As a standard procedure, the North Carolina Department of Transportation (NCDOT) monitors roadway traffic conditions in advance of storms in case of evacuations from adjacent States. During the storm, the agency focuses on monitoring and sharing closure information with Waze, Google Maps, and Apple Maps. For example, Waze may show a bridge as closed and NCDOT may then update its system or deploy resources to clear a blocked road once verified. Conversely, NCDOT may transmit closed road information to Waze.

To better prepare for future hurricane seasons, NCDOT conducted a hurricane training exercise with the Waze Crisis team. For the training exercise, the agency created a mock storm that crossed the state and resulted in flash flooding. Technology that monitors the impacts of storm surge is hypothesized to cordon off a region as a “No Drive” zone during the training exercise. NCDOT defined and shared the mock road closure, shelter, and no drive zone data with Waze. Travelers approaching the no drive zone and using the Waze app would then receive notice that they are entering a no drive zone and to consider alternate routes.

The training exercise helped increase NCDOT operators’ familiarity with Waze tools and processes, increased their understanding of how to interact with the Waze Crisis Team, and improved readiness for and resiliency from a real storm emergency.

To learn more about NCDOT’s Waze Crisis training exercise, view the September 2022 Adventures in Crowdsourcing webinar recording. To learn more about how crowdsourcing can advance operations for your region, please contact one of the FHWA EDC-6 Crowdsourcing Co-leads: James Colyar, Greg Jones, or Ralph Volpe.

New Innovator Now Available!

Innovator Issue 97 cover. Image depicts two highway construction workers discussing electronic plans.

The July/August issue of Innovator is now available, accessible from your computer, tablet, or mobile phone to optimize your reading experience!
In this issue:

Comments? Questions? We'd love your feedback! Drop us a line and let us know what you think.

Read past issues and sign up to receive Innovator by email here, or text "FHWA Innovation" to 468311 to get Innovator on your smartphone.

Discover Home-Grown Innovations from Around the Country

Logo-Premium Quality Home Grown State & Local Innovations

Are you interested in homegrown innovations being used by your peers in other parts of the country? Check out the National STIC Network Showcase, a component of the EDC-7 Virtual Summit. Registering for the event allows you to access all the content through February 2024.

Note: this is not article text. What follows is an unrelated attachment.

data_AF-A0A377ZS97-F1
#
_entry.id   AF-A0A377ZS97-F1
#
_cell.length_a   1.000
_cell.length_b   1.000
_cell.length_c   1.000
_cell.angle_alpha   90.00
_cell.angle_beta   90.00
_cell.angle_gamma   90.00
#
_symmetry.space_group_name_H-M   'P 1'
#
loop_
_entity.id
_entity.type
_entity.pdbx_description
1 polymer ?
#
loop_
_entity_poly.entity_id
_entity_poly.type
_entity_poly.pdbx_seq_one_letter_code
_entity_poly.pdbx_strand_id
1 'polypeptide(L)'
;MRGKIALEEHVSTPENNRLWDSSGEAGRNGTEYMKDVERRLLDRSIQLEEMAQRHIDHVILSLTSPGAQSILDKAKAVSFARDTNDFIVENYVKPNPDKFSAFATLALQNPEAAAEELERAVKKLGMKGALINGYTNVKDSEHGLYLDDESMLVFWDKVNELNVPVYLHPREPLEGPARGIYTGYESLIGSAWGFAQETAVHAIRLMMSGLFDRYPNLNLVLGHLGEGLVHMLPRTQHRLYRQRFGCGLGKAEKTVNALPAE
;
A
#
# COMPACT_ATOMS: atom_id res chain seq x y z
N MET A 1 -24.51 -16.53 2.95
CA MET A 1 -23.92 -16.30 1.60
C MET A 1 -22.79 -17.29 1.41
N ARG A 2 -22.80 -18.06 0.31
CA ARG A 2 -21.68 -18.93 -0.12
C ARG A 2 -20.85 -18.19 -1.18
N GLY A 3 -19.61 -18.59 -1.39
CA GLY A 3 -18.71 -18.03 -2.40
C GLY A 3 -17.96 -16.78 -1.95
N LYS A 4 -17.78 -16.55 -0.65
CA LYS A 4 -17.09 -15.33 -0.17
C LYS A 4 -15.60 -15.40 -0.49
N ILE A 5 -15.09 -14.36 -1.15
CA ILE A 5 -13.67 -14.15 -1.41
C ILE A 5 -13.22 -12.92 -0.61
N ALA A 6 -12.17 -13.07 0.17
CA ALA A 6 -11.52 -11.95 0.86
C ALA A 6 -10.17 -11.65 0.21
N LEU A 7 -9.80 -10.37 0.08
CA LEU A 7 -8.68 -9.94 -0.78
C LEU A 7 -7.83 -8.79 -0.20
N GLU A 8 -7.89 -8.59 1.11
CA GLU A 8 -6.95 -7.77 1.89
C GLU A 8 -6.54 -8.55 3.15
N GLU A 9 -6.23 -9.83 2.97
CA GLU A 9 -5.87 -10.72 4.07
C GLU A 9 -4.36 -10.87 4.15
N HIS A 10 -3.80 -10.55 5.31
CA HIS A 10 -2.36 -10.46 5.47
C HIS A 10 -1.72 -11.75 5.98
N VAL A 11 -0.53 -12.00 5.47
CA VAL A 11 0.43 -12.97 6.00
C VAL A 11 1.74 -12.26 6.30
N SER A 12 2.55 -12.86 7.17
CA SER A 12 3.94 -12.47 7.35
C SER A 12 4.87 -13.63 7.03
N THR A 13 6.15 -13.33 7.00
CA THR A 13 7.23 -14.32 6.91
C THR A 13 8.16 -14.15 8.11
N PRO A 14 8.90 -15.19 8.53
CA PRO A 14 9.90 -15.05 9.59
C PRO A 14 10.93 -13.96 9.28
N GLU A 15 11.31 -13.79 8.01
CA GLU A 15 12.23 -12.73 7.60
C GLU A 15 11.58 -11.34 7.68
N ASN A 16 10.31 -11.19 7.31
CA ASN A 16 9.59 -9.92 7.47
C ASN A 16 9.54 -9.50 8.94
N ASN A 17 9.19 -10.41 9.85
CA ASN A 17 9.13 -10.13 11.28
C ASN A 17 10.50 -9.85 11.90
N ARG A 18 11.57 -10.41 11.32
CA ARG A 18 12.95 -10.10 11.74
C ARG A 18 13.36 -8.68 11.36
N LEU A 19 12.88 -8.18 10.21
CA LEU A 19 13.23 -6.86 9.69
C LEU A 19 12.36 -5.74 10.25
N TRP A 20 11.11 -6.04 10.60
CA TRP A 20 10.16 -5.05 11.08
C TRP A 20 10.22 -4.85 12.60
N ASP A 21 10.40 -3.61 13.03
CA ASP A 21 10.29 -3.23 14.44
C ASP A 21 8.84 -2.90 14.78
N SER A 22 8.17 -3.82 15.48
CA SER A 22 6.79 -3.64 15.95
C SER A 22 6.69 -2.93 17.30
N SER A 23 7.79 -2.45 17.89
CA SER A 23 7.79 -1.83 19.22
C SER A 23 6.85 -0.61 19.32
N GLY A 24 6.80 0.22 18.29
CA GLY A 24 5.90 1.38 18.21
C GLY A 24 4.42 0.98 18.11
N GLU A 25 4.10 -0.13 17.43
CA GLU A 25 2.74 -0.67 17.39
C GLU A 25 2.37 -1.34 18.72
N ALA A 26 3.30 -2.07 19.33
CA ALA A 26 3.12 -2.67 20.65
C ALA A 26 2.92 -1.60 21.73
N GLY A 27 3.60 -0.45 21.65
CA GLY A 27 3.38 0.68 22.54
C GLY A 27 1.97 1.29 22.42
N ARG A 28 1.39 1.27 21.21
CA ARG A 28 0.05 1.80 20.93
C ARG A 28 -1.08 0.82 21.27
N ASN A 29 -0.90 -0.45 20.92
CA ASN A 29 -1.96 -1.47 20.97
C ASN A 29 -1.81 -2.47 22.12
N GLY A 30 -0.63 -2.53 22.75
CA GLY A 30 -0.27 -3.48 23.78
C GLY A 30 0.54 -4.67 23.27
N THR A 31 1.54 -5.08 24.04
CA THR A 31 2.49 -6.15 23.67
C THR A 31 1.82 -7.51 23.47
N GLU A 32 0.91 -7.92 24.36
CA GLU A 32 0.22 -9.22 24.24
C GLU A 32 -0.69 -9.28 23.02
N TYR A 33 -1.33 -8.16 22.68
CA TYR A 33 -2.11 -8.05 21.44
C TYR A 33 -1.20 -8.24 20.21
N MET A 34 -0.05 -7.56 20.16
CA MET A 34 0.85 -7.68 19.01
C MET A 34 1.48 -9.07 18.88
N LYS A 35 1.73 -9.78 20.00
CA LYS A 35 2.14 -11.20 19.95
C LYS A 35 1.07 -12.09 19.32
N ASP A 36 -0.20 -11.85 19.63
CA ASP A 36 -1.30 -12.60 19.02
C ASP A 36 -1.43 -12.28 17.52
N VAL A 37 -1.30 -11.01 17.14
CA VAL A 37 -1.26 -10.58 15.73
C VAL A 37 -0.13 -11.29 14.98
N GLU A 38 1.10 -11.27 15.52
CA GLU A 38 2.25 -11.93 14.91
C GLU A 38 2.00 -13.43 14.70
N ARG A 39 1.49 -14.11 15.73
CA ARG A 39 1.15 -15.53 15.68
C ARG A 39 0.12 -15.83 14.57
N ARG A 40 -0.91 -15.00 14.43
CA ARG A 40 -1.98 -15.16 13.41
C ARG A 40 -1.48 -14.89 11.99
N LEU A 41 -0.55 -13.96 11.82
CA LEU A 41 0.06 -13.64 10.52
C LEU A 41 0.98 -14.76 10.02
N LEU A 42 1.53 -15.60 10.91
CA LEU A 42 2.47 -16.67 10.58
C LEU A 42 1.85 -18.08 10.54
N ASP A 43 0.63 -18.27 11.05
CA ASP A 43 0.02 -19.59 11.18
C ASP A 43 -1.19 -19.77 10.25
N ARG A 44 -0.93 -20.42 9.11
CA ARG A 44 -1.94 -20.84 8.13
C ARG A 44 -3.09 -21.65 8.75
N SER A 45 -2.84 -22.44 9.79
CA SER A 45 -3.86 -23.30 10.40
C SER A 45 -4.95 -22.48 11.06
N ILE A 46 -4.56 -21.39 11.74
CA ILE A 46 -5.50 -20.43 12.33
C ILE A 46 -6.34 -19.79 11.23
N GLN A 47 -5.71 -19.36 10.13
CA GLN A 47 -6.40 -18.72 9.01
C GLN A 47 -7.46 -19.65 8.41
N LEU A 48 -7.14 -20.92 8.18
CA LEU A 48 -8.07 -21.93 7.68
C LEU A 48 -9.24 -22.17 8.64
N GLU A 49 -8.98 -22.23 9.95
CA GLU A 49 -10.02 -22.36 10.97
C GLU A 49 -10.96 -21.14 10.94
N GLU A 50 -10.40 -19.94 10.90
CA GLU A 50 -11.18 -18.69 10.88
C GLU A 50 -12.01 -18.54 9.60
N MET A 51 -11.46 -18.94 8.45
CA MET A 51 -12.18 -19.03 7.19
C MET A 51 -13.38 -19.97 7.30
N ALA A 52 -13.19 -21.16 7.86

Screenshot of STIC Network Showcase section of EDC Virtual Summit website. Text title reads, National STIC Network Showcase with 10 categories of links which the innovations are broken up into. Those categories include Asset Management & Finance, Maintenance & Emergency Response, Operations, Design & Construction, Technology & Materials, Planning & Environment, Safety, Pavement & Structures, Civil Rights, Workforce, and Equity, and 2020 Archive.

Learn about the Ohio Department of Transportation's (ODOT's) bridge upcycling program, which takes and reuses steel beams left over from bridges that are demolished or rehabilitated. This program helps stretch financial resources and reduce the amount of new steel required for projects.

Celebrate the ingenuity of your peers and read about these innovations—developed and deployed in-house at transportation agencies nationwide. Additionally, we invite you to watch the one-hour presentations on-demand that feature many of these and other innovations.

Stay Up to Date on the EDC Innovations That Interest You Most

Email icon

EDC teams are always on the move! If you blink, you could miss out on important webinars, case studies, tools, videos, and more. To never miss information for the EDC innovations that interest you most, visit the subscription page and select the topics you’d like to receive updates on directly from the teams that coordinate them.

Recent bulletins:

Innovation in Project Delivery 7/3/2023

About EDC

Every Day Counts, a state-based initiative of the Federal Highway Administration's Center for Accelerating Innovation, works with state, local and private sector partners to encourage the adoption of proven technologies and innovations to shorten and enhance project delivery.

EDC News is published weekly by the FHWA Center for Accelerating Innovation.

Notice: The U.S. Government does not endorse products or manufacturers. Trademarks or manufacturers‘ names appear in this presentation only because they are considered essential to the objective of the presentation. They are included for informational purposes only and are not intended to reflect a preference, approval, or endorsement of any one product or entity.

Recommended Citation:
U.S. Department of Transportation, Federal Highway Administration
EDC News; July 13, 2023
Washington, DC

Stay Connected Stay Connected icon

Sign up to receive EDC News, Innovator newsletters and other information.


View Events


Jeffrey A. Zaharewicz
(202) 366-1325

Page last modified on July 12, 2023
Federal Highway Administration | 1200 New Jersey Avenue, SE | Washington, DC 20590 | 202-366-4000